The Rough Rider and Other Poems

by Bliss Carman




IN the golden dawn of the world,
When man emerged
From the mysterious East,
With the breath of life in his mouth,
And the tell-tale trace
Of the red clay still on his face.

He turned with inquisitive gaze,
A child of the light,
To follow the track of the sun
Through the void far blue,

Seeing it sink to rest
In a glorious golden West.

Then an unassuageable urge
Awoke in his blood,
The brooding spirit of Earth

Whispered a word in his heart,
And man went forth on the trail,
Knowing he should not fail.




And the slow centuries
Measured his toilsome march,
While ever his face was set
To lands that lie beyond
The going down of the sun,
Where endeavor’s requital is won.

From Egypt and Greece and Tyre,

From Assyria and Rome,
With color and pomp and joy,
Laughter and chants and war,
Moved the great caravan
Of wandering man.

Conquering mountain and sea,
Spreading through forest and plain,
Crossing the outer flood,—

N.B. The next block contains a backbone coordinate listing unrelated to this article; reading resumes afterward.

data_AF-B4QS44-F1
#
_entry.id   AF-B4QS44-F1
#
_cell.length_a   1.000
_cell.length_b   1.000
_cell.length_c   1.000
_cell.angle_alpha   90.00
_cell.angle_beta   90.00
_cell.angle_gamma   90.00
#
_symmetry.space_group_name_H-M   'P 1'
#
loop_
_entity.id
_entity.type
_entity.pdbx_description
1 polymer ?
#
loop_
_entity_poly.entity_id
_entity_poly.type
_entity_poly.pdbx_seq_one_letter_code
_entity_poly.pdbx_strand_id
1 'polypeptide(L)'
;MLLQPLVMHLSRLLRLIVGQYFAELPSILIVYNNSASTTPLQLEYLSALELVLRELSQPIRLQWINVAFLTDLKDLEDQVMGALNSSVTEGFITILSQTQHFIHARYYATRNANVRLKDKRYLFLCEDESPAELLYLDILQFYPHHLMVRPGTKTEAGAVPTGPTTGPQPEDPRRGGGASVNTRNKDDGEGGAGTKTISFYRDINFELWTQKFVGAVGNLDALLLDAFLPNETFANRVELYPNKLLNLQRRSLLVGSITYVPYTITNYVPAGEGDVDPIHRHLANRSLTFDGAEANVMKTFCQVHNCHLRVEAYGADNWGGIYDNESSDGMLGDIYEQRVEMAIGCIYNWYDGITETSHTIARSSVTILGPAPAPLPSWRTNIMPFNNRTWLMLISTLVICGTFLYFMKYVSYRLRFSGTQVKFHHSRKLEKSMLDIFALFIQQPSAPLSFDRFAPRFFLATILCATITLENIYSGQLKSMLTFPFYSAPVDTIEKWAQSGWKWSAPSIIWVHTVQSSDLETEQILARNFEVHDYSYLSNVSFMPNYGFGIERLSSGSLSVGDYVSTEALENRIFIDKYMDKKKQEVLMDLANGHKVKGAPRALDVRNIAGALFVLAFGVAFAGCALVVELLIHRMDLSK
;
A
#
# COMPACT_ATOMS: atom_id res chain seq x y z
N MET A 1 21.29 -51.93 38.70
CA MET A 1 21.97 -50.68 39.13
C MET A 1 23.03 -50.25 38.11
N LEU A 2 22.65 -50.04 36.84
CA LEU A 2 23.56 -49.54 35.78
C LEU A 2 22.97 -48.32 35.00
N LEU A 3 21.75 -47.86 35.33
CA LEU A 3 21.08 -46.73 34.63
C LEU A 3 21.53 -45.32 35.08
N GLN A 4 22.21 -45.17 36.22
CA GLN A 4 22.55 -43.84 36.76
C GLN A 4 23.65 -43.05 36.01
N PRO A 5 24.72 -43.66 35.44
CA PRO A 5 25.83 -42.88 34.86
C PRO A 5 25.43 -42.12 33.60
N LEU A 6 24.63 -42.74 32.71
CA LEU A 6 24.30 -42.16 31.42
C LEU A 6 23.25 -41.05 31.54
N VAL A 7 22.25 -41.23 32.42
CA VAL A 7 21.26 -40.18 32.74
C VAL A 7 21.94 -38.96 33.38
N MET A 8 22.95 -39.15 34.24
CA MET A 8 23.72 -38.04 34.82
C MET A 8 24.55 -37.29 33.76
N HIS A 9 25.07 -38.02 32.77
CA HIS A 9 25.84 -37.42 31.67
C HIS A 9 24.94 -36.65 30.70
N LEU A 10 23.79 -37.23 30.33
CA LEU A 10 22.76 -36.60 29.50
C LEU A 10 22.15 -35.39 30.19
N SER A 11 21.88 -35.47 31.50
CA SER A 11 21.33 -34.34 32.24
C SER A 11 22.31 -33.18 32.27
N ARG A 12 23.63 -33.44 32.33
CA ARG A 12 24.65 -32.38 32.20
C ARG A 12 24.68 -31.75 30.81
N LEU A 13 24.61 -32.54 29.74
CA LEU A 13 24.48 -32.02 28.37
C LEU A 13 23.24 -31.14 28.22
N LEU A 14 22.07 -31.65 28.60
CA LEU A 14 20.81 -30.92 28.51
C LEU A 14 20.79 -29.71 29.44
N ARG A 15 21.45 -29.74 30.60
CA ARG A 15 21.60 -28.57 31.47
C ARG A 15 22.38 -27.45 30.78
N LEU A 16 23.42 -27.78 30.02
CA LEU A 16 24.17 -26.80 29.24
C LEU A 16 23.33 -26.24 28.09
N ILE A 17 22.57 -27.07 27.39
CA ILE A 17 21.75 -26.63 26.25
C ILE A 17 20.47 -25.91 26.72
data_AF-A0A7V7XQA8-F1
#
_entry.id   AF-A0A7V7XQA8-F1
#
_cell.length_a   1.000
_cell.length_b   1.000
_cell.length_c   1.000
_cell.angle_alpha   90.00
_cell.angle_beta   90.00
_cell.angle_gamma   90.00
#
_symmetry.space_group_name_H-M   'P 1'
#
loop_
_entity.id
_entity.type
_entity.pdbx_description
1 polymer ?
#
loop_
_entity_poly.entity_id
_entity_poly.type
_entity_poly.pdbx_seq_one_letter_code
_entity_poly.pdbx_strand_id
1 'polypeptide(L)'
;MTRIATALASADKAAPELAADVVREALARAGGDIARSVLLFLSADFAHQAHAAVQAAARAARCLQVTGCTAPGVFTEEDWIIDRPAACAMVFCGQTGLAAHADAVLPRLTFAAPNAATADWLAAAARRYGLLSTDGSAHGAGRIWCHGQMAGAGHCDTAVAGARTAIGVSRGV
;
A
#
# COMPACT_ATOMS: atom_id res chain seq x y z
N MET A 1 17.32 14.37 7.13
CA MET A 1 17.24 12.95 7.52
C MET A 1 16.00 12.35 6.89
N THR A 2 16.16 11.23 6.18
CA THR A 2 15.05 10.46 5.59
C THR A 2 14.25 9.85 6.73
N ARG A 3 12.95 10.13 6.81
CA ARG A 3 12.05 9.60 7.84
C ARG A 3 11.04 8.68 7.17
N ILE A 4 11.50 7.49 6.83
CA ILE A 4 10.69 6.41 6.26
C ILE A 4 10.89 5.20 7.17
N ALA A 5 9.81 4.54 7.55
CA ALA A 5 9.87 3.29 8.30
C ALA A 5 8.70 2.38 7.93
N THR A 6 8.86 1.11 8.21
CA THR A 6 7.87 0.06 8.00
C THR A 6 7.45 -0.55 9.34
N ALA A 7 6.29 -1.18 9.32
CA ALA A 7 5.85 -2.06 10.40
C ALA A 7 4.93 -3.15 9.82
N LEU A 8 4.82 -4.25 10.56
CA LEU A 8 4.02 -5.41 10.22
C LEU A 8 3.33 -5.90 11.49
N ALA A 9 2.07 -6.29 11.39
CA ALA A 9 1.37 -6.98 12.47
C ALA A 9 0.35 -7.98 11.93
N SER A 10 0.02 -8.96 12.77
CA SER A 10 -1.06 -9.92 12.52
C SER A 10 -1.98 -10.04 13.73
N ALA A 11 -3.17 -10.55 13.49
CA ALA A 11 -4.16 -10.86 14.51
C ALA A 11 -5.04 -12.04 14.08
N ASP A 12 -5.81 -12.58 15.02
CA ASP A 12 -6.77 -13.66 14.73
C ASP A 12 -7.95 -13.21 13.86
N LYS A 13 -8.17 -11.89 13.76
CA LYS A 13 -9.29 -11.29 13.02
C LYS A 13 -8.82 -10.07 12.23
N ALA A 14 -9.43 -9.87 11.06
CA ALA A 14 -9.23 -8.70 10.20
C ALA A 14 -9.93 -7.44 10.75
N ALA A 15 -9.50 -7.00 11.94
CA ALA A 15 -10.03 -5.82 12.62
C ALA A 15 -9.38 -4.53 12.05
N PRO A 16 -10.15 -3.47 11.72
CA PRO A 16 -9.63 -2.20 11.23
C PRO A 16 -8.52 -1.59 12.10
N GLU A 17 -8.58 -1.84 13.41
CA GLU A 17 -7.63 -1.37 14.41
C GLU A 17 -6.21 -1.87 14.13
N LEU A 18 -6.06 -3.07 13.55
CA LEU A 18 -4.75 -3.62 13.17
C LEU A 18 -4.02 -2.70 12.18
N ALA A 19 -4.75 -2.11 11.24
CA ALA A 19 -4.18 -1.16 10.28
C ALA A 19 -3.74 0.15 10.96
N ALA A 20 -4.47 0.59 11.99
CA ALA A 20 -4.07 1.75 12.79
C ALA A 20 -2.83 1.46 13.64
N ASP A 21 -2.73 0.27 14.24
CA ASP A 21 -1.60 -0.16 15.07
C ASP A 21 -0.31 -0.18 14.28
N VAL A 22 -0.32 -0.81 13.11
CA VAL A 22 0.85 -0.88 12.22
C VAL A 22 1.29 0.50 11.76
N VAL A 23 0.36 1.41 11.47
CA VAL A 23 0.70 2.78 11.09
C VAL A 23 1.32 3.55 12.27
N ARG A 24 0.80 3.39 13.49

The rim of the ancient world,—
He passed over new domain
Like the hosts of sweeping rain.

Traversing prairie and wood,
Waterway, desert, and range,
At last by the ultimate shore
Of the ageless sea

His pack-trains come to rest
In our golden West.




Here have the most high Ones,
The Overlords of the world,
The Archangels of man,
Brought their earth children at last,
To the happy land prepared
For those who have labored and dared.

O men and women born
Of the teeming and holy earth,

And led through the myriad years
By the impulse and vision divine,
Behold now what shall be done
With the heritage we have won?

Here with an empire to use,

Wealth beyond Solomon’s dream,
And the balm and respite of peace,
In a garden of the world,
What is the news or the plan
Of Twentieth Century man?




I heard the Sierras reply,
Rank after rank as they rose
Through the golden and violet light,
"The destined days are at hand,
When my children shall arise
And assume the heroic guise

"From the beginning designed
For the seraphs, and sons of earth.
They shall put off envy and fear,
And skulking merciless greed,

And be girded against all ills
With the vigor and poise of the hills.

"Here on this border of time
Where mighty morrows are born,
Emerging from ages of dream

And the dust of unreason and strife,
They shall grow wise and humane
With a gladness virile and sane.

"Primal in beauty and pride,
Christian in kindness and calm,

Modern in knowledge and skill,
Sons of the morning, arise—
Earth’s awaited and best—
From the golden West!"